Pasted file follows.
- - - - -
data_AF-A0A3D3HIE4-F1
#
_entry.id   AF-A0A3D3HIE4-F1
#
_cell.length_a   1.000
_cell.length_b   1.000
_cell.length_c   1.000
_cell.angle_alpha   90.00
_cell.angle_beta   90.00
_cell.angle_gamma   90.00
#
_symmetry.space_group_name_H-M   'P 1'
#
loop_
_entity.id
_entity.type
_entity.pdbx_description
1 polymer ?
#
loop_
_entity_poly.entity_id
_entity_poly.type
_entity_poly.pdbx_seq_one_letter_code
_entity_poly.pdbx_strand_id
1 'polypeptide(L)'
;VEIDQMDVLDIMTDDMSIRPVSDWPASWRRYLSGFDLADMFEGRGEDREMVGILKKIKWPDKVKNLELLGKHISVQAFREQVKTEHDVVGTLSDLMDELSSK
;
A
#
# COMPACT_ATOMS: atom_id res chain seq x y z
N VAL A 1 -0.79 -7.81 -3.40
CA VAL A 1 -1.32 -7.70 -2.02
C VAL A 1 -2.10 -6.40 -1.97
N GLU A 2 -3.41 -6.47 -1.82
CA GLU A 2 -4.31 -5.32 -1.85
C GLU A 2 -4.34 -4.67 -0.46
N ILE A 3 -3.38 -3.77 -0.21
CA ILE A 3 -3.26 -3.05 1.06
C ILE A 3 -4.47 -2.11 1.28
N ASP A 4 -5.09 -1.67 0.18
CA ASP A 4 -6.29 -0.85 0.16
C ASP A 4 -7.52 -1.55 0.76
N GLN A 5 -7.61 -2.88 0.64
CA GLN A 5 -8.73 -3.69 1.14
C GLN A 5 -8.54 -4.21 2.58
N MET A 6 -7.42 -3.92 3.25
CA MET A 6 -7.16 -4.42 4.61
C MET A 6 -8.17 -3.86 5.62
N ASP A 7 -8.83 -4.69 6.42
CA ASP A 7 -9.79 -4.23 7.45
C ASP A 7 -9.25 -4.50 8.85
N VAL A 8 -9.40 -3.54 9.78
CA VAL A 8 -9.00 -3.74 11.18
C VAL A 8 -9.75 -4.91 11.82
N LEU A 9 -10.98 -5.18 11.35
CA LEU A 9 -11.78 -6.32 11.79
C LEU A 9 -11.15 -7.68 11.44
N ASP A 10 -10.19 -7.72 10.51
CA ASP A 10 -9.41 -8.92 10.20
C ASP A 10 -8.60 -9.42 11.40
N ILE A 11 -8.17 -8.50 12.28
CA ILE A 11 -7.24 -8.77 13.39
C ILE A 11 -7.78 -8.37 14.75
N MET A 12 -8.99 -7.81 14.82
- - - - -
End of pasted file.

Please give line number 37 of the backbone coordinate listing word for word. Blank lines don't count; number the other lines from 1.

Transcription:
N ILE A 3 -3.38 -3.77 -0.21